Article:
1. the postings were on a site the sole purpose of which was to evince hatred against a specific named individual.

    2. that individual had in the past been subject to credible death threats from loyalist paramilitaries, been physically attacked in Glasgow on three separate occasions and, at the time of this offence had been receiving bullets and viable explosive devices in the post.

    3. the accused had a record of serious physical violence.


    This is a world of which you, LPW and your ilk have no experience or understanding and your opinions should be treated accordingly.

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  11. Perhaps as part of this guy's sentence he could be made to clean the windows across from my old flat in Glasgow, after some Rangers fans apparently broke in after an Old Firm match and sprayed "Fuck The Pope", "RFC", "UVF" and "BNP" on the window. Of course, being knuckle-dragging Neanderthals, they didn't realise that spraying them the right way round from inside meant people outside couldn't read what they said.

    Unless your bathroom mirror happened to point opposite the window. Which mine did.

    As an atheist Aberdeen fan, I found it quite irritating (especially as the council showed no signs of wanting to clean it up, despite being asked). I often wonder how I would have felt if I was a catholic Celtic fan. I firmly believe that religious people have no right to expect any greater protection against derogatory remarks about their chosen religion than a vegetarian would about their choice to avoid meat. However, this stuff can be a source of disgust just by highlighting the fact that there are such moronic fools roaming the streets.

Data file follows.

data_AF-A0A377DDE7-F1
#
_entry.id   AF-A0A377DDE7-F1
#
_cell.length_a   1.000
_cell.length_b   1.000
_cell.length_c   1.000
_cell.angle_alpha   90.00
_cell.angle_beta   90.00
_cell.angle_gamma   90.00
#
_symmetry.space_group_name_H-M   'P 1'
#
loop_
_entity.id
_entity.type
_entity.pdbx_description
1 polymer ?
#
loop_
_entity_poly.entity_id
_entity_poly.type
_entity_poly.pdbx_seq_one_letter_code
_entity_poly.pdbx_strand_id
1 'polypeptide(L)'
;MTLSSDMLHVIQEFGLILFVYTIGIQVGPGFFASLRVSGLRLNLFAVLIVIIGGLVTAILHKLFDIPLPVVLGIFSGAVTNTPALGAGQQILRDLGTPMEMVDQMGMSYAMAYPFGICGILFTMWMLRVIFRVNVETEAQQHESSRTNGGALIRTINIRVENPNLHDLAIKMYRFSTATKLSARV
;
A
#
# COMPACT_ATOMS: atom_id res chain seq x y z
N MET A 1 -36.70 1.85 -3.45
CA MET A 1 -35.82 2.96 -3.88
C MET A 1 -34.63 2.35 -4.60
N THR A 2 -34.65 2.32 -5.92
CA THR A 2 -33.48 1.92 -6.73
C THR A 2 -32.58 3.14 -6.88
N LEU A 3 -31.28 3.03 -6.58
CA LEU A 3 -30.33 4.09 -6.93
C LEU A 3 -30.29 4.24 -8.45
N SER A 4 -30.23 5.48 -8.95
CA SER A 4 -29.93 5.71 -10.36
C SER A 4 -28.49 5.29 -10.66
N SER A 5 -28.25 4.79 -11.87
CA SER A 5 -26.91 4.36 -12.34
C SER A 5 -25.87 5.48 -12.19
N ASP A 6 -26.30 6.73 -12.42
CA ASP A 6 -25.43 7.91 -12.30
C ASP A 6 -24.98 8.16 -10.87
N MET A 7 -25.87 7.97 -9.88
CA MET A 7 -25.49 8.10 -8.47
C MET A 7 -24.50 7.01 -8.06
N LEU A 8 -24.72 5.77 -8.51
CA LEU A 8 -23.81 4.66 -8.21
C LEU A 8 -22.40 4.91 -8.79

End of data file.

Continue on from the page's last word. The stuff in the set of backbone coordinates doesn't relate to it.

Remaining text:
In short, I'm not sure what i think about this.

    Incidentally, I think you have a mistake with your final example there. I don't think the kind of moron who writes "no surrender" would be slagging off the English...

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  12. Flay - what you are saying is that you don't think it should be an offence to post comments like that on the internet. That's one debate.

    But the fact is that it is an offence and it is quite logical to take into account the background of an accused person when considering what is an appropriate sentence. And as I pointed out the police are also highly likely to take into account whether a person is already known to them when they are investigating complaints in the first place.

    That's why I find the knee-jerk liberal response of oh we are all now at risk, freedom of speech is being trodden on etc etc tiresome. You are not at risk because the police are not interested in you and they are not interested in what people put on comments on your blogs. In the whole history of political blogging has anyone ever ended up in hospital because of it? No. So it really doesn't matter what anyone says. There is no real threat and no real cause for alarm, ergo the police don't care what people say to you Caron or what you say to them.

    But they will take an interest in sites which are visited by known offenders and rightly so because any threats made on them could be considered credible.

    Equally, much as the knee-jerk liberalism annoys me, I don't think it is fair to say LPW etc have no idea what they are talking about. There are very valid questions about how the law should be applied but I would like to see the discussion being a bit more grounded.